SOUTHFIELD, MICH. -- In the days leading up to tonight's primary, Mitt Romney promised Michigan voters that he would bring jobs back to the state and come up with a plan to revitalize the automotive industry here within his first 100 days in office. With tonight's big victory in what was a must-win state for his campaign, Romney's economic message has paid off.
"Tonight proves that you can't tell an American that there's something they just can't do because Americans can do whatever they set their hearts on," Romney said to a room full of cheering supporters. "And tonight is a victory of optimism over Washington-style pessimism."
With his wife Ann by his side, the former Massachusetts governor beamed as he soaked up his first major victory in a GOP primary. After disappointing second-place finishes in Iowa and New Hampshire, many pundits were ready to write Romney's political obituary. But with his win in delegate-rich Michigan, Romney is right back in the thick of the race.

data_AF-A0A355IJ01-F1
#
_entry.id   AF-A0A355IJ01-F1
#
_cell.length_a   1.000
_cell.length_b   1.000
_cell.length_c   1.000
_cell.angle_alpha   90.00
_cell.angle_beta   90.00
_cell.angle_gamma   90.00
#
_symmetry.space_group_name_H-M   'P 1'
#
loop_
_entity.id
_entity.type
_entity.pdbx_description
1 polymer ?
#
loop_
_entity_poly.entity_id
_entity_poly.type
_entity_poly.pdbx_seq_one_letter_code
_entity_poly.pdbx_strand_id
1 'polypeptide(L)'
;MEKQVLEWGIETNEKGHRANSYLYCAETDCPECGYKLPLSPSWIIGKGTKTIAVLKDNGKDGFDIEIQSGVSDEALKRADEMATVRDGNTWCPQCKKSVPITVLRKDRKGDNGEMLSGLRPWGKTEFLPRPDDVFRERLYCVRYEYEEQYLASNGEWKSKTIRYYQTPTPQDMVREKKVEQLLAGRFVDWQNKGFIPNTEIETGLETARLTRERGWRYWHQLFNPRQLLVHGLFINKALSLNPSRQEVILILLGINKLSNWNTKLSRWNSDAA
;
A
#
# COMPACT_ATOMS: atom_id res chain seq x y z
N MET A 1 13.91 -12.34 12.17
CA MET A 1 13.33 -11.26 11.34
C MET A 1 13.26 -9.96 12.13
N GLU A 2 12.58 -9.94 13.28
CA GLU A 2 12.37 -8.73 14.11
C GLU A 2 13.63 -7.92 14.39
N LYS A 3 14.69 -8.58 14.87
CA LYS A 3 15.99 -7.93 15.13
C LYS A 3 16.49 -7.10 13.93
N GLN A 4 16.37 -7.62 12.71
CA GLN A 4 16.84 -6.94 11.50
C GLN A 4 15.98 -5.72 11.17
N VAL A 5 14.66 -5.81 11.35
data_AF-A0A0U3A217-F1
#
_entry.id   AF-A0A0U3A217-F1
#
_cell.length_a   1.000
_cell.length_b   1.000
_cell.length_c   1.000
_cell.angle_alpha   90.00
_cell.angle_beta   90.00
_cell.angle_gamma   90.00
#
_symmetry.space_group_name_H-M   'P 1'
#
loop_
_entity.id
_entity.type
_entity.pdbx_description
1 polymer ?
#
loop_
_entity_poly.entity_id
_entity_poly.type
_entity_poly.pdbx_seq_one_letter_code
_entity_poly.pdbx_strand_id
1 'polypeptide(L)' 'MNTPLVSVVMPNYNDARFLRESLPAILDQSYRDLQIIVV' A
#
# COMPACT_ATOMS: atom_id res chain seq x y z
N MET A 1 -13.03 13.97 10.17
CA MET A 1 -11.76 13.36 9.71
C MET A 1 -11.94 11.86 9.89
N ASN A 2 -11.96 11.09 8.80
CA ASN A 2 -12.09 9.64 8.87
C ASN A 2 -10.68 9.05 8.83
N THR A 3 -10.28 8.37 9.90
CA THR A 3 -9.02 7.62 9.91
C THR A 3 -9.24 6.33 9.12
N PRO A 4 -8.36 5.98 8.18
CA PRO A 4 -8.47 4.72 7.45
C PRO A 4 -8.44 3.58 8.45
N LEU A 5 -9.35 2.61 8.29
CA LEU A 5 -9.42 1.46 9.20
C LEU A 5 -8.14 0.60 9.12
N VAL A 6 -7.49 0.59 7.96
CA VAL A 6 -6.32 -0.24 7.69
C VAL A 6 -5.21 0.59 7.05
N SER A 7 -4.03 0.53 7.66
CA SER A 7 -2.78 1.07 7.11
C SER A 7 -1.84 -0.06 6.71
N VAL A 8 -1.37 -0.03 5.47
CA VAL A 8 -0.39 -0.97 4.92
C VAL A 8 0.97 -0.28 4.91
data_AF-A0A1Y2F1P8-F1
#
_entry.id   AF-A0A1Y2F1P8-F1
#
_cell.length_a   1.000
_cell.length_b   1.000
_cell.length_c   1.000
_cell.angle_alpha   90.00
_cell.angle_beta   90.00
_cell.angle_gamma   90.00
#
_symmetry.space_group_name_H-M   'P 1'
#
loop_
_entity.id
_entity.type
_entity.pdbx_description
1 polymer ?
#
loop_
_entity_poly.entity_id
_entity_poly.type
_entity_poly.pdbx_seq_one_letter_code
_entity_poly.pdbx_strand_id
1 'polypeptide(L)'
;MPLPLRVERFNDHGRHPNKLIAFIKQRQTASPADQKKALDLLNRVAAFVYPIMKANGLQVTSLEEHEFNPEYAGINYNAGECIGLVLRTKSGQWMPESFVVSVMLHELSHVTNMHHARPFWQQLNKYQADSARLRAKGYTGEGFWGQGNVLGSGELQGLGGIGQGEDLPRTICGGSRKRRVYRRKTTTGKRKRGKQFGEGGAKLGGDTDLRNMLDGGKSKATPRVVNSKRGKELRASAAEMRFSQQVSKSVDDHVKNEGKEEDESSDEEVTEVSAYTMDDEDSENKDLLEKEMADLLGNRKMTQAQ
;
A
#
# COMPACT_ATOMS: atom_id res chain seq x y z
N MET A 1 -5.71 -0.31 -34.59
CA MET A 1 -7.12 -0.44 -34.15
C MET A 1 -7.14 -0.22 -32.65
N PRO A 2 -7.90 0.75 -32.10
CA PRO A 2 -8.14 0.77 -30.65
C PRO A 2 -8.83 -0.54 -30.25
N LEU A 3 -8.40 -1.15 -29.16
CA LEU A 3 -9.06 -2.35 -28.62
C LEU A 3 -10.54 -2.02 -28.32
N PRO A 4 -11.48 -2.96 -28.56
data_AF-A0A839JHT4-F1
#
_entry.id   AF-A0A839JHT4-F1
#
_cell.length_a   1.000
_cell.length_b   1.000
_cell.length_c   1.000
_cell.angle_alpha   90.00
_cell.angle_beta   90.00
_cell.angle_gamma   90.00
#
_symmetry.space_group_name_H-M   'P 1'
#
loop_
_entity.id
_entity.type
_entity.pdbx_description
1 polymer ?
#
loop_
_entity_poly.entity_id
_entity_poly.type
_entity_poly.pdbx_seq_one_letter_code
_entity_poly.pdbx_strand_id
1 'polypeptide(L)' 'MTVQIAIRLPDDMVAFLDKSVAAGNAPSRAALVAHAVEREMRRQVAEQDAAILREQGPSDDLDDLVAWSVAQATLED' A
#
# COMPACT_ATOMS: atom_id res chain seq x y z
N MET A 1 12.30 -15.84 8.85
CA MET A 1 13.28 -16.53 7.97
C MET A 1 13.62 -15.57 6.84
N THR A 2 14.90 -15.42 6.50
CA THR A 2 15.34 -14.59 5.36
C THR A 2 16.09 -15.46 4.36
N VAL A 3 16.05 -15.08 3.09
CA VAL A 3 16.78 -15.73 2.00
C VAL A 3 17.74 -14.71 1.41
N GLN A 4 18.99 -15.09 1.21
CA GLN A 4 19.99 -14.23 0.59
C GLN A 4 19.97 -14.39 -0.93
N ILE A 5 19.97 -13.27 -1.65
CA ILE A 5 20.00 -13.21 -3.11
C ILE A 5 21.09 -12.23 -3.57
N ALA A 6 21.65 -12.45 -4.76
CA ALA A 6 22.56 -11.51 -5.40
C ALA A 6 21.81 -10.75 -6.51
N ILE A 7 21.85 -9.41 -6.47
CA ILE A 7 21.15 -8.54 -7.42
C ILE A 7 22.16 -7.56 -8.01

"Tonight we are celebrating here in Michigan, I've got to tell you that," Romney said. "Guess what they're doing in Washington? They're worrying because they realize—the lobbyists and the politicians realize—that America now understands that Washington is broken and we're going to do something about it."
After his defeats in the Iowa and New Hampshire, Romney tried to put on a happy face by touting his "silver medal" finishes. But tonight there were no Olympic references, as he let his gold-medal performance speak for itself.
Romney heads to South Carolina tomorrow where he trails Mike Huckabee and John McCain in recent polls. Though he plans to compete there, perhaps more important to his campaign's strategy is Nevada, which holds its caucuses on Saturday.
The Romney campaign hopes to win in Nevada, while letting Huckabee and McCain duke it out for a victory in the more heavily-contested South Carolina primary. But Romney isn't ready to give up on any of the upcoming GOP contests.
"Let's take this campaign to South Carolina and Nevada and Florida and all over the country," he said. "Let's take it all the way to the White House."